Trigger Warning; This article features explicit details about sexual assault, trauma and other sensitive topics.
Terrel Velsor was only five years old when he was sexually assaulted by an 18-year old man.
“Maybe by talking about what I had been through… it can inspire others to tell their stories,” Velsor said, volunteering his story to New Mexico News Port for a series leading up to sexual assault awareness month in April.
Velsor is from Clovis, N.M. and is in the Interdisciplinary Film & Digital Media program at the University of New Mexico. He directs and writes horror movies for his program and hopes to eventually work for Nextflix either filming or doing graphic design. Along the way, he says he’s become more confident and better able to share his personal story.
Velsor said he had a good childhood but found it difficult to make friends or to maintain a lasting connection because his family moved frequently due to his parents’ jobs in the military. He thought of himself as a very shy, quiet kid, he said.
When his family moved to Phoenix, Ariz., he was placed into the care of a babysitter, a friend of his father.
The day Velsor was sexually assaulted, his babysitter had left him with her two sons, 18 and 13 years old.
Velsor recalls watching the 13-year-old boy play video games, until he was kicked out of the boy’s room and sat alone in the living room, where the 18-year-old took notice.
Velsor shares his experience of what happened next.
Velsor said he repressed this memory for as long as he could, until he reached middle school, when he swung into depression.
Velsor describes himself as being born a gay man, but said that he struggled to come to terms with his sexuality because he was sexually assaulted.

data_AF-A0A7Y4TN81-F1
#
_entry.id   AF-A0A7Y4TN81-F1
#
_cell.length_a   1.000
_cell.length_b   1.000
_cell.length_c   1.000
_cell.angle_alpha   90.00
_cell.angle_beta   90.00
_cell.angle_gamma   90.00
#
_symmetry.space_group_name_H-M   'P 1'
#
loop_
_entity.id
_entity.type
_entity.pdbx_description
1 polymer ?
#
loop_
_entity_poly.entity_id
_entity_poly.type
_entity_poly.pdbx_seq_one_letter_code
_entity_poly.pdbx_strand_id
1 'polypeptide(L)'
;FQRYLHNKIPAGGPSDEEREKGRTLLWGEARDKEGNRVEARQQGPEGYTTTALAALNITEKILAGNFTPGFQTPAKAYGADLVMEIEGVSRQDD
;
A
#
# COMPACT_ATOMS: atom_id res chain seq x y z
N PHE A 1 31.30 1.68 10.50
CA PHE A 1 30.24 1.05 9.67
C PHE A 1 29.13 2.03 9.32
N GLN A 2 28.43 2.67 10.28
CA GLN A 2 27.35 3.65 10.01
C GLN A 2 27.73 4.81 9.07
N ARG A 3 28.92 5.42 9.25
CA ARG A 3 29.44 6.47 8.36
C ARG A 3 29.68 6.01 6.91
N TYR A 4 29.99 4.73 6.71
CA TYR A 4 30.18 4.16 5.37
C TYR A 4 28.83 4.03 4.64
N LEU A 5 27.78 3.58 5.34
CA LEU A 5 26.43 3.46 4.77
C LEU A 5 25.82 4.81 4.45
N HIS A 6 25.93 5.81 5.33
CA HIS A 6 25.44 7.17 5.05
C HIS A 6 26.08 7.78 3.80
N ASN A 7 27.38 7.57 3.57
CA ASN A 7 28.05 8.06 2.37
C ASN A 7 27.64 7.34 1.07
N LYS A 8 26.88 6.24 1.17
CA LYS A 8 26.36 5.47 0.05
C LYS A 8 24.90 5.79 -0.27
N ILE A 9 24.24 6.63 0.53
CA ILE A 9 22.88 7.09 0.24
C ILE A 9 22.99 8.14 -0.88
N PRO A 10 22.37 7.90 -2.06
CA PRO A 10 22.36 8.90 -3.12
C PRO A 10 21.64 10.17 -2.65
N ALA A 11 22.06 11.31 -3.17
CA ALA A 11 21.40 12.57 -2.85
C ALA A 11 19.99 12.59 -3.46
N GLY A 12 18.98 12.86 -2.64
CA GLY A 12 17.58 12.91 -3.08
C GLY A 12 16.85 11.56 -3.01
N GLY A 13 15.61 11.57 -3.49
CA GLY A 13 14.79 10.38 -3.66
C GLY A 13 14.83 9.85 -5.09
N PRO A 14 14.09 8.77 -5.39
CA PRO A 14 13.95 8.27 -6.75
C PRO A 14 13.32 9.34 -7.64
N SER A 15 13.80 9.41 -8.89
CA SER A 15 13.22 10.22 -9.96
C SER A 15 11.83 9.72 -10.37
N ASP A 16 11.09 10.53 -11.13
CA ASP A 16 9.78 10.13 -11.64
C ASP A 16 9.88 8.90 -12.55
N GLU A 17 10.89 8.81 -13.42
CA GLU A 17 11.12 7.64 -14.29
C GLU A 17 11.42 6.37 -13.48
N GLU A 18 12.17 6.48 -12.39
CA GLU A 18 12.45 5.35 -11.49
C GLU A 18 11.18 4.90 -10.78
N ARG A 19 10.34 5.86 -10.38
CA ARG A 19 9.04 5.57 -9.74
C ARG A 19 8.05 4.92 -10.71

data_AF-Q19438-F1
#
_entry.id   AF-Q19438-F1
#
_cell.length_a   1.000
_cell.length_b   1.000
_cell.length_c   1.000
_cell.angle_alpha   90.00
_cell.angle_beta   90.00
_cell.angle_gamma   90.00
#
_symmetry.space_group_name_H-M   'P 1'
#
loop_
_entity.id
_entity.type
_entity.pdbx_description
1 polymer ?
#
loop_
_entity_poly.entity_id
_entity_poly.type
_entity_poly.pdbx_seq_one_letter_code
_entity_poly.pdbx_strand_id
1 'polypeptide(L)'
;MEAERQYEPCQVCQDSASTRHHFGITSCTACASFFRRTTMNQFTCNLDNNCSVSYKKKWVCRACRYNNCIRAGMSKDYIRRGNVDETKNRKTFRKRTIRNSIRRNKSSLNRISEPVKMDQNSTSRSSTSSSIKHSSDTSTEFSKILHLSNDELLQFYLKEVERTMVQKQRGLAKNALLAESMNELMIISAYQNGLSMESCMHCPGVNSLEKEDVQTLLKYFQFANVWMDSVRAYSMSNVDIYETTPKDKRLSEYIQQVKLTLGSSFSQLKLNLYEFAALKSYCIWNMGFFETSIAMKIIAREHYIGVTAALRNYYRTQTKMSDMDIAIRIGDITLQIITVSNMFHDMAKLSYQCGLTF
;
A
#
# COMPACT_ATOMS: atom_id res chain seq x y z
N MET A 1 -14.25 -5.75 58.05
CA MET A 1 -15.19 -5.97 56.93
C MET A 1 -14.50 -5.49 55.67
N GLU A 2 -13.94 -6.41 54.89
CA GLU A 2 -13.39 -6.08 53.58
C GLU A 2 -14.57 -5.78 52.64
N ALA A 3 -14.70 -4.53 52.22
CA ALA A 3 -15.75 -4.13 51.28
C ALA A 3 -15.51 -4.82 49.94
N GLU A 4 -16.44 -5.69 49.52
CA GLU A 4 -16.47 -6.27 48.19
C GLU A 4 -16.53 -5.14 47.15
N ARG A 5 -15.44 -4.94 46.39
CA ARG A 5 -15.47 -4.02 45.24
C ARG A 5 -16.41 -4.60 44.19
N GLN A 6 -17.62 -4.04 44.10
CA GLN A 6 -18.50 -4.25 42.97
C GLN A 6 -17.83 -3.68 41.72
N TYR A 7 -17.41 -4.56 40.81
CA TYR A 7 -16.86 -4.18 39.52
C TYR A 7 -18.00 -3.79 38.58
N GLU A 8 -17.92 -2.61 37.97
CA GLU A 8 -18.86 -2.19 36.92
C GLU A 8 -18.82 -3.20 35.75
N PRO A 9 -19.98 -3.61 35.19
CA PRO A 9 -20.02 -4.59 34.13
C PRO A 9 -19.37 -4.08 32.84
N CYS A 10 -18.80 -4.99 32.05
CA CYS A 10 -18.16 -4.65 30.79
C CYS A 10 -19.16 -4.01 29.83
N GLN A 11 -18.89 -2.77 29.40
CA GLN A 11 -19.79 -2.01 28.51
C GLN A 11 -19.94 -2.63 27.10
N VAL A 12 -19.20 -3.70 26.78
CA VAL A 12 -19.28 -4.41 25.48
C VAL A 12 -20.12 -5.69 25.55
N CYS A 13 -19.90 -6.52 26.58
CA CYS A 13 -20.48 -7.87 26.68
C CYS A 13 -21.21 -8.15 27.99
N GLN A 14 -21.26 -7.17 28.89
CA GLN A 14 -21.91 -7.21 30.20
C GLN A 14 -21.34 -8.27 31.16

“I had to tell myself that ‘that is not ok,’ you can’t blame a situation that happened a long time ago for what you were born as,” Velsor said.
In the parlance of mental health providers, Velsor faced a “double or dual stigma,” the challenge of facing societal pressures both for being gay and for having been victimized. It’s pressures like these that account for a higher rate of anxiety, depression and suicide in the LGBTQ community, according to the National Alliance on Mental Illness, which says that lesbian, gay, bisexual, transgender, queer and questioning community may actually avoid the mental health system.
Velsor speaks out about the mental health challenges he had to face.
This past January, Velsor shared his story with his parents.
“I don’t know what came over me, but I felt so embraced that I had to tell them,” Velsor said.
“But when I told them, something did come off my shoulders and I felt a lot better and I am able to talk about it more openly.”
He said he leads by example wanting other men to share their stories. “There is a lot of stigma attached to being sexually assaulted and being a man, it can happen to anyone,” Velsor said.
Velsor said, being a man made a difference in how he handled what happened to him. He never got help or talked about what had happened to him for many years. But now, he says, talking helps.
This article is the first in a series of articles leading up to sexual assault awareness month in April.
Amy Byres is a reporter for the NM News Port. She can be contacted on Twitter @amybyres12.